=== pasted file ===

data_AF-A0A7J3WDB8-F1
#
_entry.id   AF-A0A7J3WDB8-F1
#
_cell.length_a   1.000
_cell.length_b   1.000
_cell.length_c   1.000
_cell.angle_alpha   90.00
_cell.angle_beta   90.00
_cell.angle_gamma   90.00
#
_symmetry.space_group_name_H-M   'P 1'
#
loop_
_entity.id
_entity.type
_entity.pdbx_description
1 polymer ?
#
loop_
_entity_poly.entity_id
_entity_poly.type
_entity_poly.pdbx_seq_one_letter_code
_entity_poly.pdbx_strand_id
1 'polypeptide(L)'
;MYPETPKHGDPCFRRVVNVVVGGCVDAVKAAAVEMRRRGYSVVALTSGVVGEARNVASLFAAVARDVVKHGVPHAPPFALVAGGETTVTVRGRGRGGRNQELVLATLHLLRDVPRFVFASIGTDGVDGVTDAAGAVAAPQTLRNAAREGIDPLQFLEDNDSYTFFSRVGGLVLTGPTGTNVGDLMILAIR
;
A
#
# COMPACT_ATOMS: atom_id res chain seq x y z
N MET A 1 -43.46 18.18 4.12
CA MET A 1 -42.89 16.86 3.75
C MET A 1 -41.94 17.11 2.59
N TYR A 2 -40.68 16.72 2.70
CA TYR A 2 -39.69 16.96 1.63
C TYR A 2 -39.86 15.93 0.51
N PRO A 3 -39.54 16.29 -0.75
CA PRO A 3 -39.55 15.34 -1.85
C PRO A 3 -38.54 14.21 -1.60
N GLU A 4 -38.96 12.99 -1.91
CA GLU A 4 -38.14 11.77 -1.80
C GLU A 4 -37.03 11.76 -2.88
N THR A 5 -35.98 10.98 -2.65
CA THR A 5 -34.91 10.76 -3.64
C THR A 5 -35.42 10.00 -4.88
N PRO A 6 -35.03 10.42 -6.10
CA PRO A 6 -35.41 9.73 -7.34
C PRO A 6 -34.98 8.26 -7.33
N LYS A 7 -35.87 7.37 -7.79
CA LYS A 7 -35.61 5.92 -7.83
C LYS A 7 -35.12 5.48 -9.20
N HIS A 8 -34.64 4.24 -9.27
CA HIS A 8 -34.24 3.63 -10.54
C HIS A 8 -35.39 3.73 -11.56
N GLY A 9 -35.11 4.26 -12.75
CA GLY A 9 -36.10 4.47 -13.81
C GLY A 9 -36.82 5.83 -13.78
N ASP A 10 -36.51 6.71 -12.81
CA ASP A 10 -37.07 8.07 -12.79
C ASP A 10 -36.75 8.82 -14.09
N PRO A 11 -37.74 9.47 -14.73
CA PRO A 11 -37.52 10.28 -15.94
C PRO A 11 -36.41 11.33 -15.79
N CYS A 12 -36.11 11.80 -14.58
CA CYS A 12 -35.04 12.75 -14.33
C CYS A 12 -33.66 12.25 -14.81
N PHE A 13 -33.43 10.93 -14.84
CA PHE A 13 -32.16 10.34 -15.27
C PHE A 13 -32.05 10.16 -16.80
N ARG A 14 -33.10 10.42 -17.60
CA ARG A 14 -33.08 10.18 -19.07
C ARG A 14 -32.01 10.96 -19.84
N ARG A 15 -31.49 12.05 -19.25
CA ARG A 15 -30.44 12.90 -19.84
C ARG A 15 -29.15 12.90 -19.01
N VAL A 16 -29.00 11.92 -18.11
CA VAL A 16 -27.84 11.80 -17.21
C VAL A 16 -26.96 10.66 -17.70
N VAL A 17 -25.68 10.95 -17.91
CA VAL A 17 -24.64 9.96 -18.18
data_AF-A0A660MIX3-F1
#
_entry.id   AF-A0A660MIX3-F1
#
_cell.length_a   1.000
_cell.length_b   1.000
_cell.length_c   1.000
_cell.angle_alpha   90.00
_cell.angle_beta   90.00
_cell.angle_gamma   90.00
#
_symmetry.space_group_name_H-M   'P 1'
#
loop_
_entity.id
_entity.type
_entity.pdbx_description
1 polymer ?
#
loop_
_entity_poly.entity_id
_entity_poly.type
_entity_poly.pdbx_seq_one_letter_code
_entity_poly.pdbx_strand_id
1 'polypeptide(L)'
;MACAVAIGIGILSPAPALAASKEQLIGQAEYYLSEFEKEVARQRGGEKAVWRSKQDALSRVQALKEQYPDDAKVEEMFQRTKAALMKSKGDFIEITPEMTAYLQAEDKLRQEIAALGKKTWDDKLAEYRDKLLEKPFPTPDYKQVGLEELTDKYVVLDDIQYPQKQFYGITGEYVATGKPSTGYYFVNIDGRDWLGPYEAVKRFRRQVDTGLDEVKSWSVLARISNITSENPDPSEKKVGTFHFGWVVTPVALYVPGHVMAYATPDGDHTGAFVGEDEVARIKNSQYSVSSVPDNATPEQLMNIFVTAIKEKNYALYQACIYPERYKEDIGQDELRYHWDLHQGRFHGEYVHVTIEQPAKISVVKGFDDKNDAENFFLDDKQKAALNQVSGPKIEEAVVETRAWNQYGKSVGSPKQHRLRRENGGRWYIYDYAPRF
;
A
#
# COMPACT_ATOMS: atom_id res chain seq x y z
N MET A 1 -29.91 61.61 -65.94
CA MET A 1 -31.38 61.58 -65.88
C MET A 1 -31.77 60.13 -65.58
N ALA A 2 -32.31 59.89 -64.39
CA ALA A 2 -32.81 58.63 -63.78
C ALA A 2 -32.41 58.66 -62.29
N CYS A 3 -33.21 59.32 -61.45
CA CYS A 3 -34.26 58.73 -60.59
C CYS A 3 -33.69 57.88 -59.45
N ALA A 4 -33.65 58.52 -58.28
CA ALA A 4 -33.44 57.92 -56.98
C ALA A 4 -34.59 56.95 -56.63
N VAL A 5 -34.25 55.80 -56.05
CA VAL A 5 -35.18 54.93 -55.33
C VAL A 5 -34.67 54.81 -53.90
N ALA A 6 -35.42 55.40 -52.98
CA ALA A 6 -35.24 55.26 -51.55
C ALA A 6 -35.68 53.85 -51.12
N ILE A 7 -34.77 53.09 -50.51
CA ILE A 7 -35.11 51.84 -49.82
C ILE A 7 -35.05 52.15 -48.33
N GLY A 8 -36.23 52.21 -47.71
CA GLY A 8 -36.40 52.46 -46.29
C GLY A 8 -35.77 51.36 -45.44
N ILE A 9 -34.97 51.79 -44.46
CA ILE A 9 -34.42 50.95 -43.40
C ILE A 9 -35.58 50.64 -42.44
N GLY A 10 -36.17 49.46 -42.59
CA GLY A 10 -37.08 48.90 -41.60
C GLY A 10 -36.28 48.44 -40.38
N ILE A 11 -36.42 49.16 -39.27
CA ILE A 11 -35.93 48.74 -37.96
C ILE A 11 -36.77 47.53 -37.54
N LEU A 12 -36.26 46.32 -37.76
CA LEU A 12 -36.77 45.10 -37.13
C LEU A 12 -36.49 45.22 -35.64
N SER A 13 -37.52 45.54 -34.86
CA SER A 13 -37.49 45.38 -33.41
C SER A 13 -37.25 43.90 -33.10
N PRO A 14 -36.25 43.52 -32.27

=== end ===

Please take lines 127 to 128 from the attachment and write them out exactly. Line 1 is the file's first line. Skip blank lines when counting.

CA ALA A 6 -35.24 55.26 -51.55
C ALA A 6 -35.68 53.85 -51.12